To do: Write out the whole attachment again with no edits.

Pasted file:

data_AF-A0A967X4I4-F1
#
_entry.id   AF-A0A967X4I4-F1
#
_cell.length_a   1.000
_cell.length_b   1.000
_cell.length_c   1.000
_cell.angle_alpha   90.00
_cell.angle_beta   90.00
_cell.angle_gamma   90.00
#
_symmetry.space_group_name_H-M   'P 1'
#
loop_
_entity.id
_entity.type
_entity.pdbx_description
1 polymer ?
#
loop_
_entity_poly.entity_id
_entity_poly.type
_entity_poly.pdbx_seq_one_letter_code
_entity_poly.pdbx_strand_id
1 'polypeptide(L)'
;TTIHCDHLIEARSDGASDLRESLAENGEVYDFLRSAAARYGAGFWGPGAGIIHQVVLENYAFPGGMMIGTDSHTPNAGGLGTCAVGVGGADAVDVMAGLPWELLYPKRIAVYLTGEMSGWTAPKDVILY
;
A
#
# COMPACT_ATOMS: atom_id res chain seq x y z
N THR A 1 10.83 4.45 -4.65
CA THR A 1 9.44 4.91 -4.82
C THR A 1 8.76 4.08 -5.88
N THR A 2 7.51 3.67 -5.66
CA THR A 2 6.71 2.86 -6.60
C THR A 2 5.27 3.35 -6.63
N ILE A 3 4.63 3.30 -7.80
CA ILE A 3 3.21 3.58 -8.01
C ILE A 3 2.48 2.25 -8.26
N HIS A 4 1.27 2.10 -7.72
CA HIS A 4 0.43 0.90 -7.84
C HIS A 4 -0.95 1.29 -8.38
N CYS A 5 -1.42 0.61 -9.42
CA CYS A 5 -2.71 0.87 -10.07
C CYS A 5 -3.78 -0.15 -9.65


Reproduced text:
data_AF-A0A967X4I4-F1
#
_entry.id   AF-A0A967X4I4-F1
#
_cell.length_a   1.000
_cell.length_b   1.000
_cell.length_c   1.000
_cell.angle_alpha   90.00
_cell.angle_beta   90.00
_cell.angle_gamma   90.00
#
_symmetry.space_group_name_H-M   'P 1'
#
loop_
_entity.id
_entity.type
_entity.pdbx_description
1 polymer ?
#
loop_
_entity_poly.entity_id
_entity_poly.type
_entity_poly.pdbx_seq_one_letter_code
_entity_poly.pdbx_strand_id
1 'polypeptide(L)'
;TTIHCDHLIEARSDGASDLRESLAENGEVYDFLRSAAARYGAGFWGPGAGIIHQVVLENYAFPGGMMIGTDSHTPNAGGLGTCAVGVGGADAVDVMAGLPWELLYPKRIAVYLTGEMSGWTAPKDVILY
;
A
#
# COMPACT_ATOMS: atom_id res chain seq x y z
N THR A 1 10.83 4.45 -4.65
CA THR A 1 9.44 4.91 -4.82
C THR A 1 8.76 4.08 -5.88
N THR A 2 7.51 3.67 -5.66
CA THR A 2 6.71 2.86 -6.60
C THR A 2 5.27 3.35 -6.63
N ILE A 3 4.63 3.30 -7.80
CA ILE A 3 3.21 3.58 -8.01
C ILE A 3 2.48 2.25 -8.26
N HIS A 4 1.27 2.10 -7.72
CA HIS A 4 0.43 0.90 -7.84
C HIS A 4 -0.95 1.29 -8.38
N CYS A 5 -1.42 0.61 -9.42
CA CYS A 5 -2.71 0.87 -10.07
C CYS A 5 -3.78 -0.15 -9.65